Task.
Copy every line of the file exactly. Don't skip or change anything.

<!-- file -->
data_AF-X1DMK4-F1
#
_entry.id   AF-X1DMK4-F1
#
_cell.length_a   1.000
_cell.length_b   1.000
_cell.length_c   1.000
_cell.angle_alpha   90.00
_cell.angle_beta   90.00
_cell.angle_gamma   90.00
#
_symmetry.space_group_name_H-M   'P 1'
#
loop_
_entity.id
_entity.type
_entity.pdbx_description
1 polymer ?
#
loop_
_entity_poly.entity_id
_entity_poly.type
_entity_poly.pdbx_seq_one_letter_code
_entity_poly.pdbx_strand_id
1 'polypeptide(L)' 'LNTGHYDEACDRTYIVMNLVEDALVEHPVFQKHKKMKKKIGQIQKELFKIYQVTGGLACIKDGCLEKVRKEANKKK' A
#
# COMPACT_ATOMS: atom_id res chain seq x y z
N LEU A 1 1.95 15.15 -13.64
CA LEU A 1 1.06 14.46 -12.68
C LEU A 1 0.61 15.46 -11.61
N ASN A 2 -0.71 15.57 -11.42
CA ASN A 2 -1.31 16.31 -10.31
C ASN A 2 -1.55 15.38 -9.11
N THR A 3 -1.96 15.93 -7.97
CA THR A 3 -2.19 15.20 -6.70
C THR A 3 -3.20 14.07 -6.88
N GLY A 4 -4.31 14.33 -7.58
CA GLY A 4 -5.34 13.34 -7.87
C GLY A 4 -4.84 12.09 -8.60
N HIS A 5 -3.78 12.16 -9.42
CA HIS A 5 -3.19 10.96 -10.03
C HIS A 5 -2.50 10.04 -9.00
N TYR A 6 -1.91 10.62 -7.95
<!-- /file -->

data_AF-X1DMK4-F1
#
_entry.id   AF-X1DMK4-F1
#
_cell.length_a   1.000
_cell.length_b   1.000
_cell.length_c   1.000
_cell.angle_alpha   90.00
_cell.angle_beta   90.00
_cell.angle_gamma   90.00
#
_symmetry.space_group_name_H-M   'P 1'
#
loop_
_entity.id
_entity.type
_entity.pdbx_description
1 polymer ?
#
loop_
_entity_poly.entity_id
_entity_poly.type
_entity_poly.pdbx_seq_one_letter_code
_entity_poly.pdbx_strand_id
1 'polypeptide(L)' 'LNTGHYDEACDRTYIVMNLVEDALVEHPVFQKHKKMKKKIGQIQKELFKIYQVTGGLACIKDGCLEKVRKEANKKK' A
#
# COMPACT_ATOMS: atom_id res chain seq x y z
N LEU A 1 1.95 15.15 -13.64
CA LEU A 1 1.06 14.46 -12.68
C LEU A 1 0.61 15.46 -11.61
N ASN A 2 -0.71 15.57 -11.42
CA ASN A 2 -1.31 16.31 -10.31
C ASN A 2 -1.55 15.38 -9.11
N THR A 3 -1.96 15.93 -7.97
CA THR A 3 -2.19 15.20 -6.70
C THR A 3 -3.20 14.07 -6.88
N GLY A 4 -4.31 14.33 -7.58
CA GLY A 4 -5.34 13.34 -7.87
C GLY A 4 -4.84 12.09 -8.60
N HIS A 5 -3.78 12.16 -9.42
CA HIS A 5 -3.19 10.96 -10.03
C HIS A 5 -2.50 10.04 -9.00
N TYR A 6 -1.91 10.62 -7.95